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Karibib Mine

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Mine TypeOpen Pit
StatusCare and Maintenance
  • Lithium
  • Lepidolite
  • Rubidium
  • Cesium
  • Tantalum
  • Potassium
Mining Method
  • Truck & Shovel / Loader
Mine Life15 years (as of Jan 1, 2022)
SnapshotKaribib is fully permitted for the re-development of two open pit mines at Rubicon and Helikon 1, which will feed lithium mica ore to a central mineral concentrator. Awarded Project permits include the Mining Licence (ML204), water extraction permit, Environmental Compliance Certificate (ECC), Accessory Works Permit and a separate ECC awarded for the overhead power transmission line.

Detailed design and engineering for the Karibib concentrator sufficiently developed to allow long lead time equipment orders to be placed with major mechanical equipment vendors, once finance is secured.

During the March quarter of 2024, the Company implemented cash-saving measures including non-renewal of office leases and reduction of non-critical discretionary expenditures. Given the motion filed with the High Court of Namibia the Company has put the Karibib camp on “care and maintenance” pending resolution.


Huni-Urib Holdings (Pty) Ltd 20 % Indirect
Lepidico Ltd. 80 % Indirect
Lepidico Limited attained an 80% interest in the Karibib Project by acquiring Desert Lion Energy (Pty) Ltd through a plan of arrangement in July 2019. In January 2020 the Namibian entity’s name was changed from Desert Lion Energy to Lepidico Chemical Namibia (Pty) Ltd.

Current ownership of the project is 80% to Lepidico Chemicals (Pty) Ltd and 20% to Huni-Urib Holdings (Pty) Ltd.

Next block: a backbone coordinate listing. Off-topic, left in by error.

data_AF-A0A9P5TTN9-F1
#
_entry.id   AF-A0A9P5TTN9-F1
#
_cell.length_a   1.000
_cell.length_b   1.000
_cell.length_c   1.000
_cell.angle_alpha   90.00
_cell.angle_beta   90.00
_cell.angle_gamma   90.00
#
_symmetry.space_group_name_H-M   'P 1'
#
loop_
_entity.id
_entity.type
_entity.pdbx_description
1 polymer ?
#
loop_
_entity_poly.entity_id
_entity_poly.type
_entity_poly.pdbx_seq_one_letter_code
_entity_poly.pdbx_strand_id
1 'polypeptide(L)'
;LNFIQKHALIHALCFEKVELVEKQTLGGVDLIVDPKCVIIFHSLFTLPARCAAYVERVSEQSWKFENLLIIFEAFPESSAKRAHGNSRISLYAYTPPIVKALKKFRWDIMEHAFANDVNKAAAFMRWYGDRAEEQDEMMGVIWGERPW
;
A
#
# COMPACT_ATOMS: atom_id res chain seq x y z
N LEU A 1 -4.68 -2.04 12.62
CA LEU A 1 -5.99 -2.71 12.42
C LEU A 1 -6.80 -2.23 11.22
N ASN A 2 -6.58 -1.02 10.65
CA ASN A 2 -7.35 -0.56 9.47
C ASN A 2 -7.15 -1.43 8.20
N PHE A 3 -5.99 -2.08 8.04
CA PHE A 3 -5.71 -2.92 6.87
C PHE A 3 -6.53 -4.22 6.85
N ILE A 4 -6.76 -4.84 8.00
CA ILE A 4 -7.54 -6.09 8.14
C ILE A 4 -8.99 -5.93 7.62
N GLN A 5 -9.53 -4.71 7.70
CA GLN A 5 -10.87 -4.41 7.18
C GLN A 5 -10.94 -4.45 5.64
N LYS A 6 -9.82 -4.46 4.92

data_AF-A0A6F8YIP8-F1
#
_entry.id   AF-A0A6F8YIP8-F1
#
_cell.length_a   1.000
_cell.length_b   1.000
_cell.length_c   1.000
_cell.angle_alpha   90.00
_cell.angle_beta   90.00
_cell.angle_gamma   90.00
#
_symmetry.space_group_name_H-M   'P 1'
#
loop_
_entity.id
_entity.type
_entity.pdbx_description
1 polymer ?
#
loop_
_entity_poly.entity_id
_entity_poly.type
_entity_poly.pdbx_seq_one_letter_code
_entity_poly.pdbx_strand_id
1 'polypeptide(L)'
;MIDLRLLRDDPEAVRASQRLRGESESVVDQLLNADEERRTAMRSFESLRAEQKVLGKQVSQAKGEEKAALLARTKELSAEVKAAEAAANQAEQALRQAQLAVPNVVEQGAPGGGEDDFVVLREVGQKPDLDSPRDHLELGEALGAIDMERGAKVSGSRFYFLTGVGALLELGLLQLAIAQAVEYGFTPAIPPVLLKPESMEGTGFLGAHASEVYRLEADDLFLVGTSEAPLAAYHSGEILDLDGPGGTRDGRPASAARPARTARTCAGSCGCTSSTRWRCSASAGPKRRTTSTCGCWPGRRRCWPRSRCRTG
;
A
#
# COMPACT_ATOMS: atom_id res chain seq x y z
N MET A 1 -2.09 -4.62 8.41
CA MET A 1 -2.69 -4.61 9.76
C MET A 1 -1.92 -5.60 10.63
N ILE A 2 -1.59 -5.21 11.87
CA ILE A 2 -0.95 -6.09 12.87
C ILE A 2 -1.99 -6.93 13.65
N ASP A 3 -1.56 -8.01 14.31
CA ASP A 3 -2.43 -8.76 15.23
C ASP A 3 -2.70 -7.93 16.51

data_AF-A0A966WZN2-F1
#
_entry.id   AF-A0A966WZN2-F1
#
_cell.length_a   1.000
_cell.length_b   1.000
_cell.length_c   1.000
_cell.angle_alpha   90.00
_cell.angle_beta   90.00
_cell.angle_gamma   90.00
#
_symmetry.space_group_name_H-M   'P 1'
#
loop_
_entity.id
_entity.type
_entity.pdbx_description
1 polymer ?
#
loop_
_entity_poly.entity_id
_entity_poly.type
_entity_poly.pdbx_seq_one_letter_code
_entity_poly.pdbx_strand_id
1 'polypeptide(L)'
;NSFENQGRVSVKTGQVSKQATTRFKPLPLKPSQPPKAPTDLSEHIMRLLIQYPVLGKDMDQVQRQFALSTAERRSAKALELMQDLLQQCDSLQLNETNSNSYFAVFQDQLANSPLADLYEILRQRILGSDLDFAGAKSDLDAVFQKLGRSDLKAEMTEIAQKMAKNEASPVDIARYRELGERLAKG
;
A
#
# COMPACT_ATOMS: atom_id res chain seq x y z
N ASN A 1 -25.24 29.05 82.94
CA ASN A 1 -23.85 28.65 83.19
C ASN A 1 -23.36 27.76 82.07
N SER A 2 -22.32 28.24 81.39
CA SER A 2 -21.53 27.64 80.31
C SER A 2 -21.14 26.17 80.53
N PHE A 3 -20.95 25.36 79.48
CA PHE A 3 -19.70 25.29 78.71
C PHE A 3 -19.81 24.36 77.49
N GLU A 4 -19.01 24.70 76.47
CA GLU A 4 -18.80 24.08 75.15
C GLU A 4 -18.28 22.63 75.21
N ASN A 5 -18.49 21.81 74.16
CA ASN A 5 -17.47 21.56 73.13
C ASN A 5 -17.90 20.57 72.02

Deposit type

  • Pegmatite


The KLP is located in the southern Central Zone of the northeast-trending Damara Belt, which is a part of the Neoproterozoic Pan-African Damara Orogen. The region hosts numerous late- to post-tectonic (~523–506 Ma) lithium-caesium-tantalum (LCT) type pegmatite deposits and uranium bearing niobium- yttrium-fluorine (NYF) type pegmatitic leucogranites that have been intruded into the tightly folded supracrustal rocks of the Damara Supergroup.

The pegmatites of the Damara Orogen occur in five major belts, including the Karibib Pegmatite Belt, which contains large, zoned lithium-beryllium and gem tourmaline-bearing LCT pegmatites. The Rubicon and Helikon pegmatites are typical examples of highly fractionated, complexly zoned LCT pegmatites.

At Rubicon, a series of stacked sub-parallel pegmatites of variable thickness are intruded into a sequence of diorites and pegmatitic granite. The Rubicon pegmatite is the largest of these and forms a prominent ridge that strikes for a distance of approximately 1,200 m in a west-northwest direction. The pegmatite dips to the northeast, with dips of approximately 45° near surface and flattening to between 18° and 25° at depth. Rubicon is a quartz-feldspar-muscovite pegmatite that is up to 70 m thick and extends down dip for in excess of 400 m. At its thicker portions, the pegmatite is well fractionated and forms ellipsoidal, well zoned, lithium-mineralised bodies developed around central quartz cores. The mineralised zones are 10–30 m thick and extend for most of the length of the pegmatite.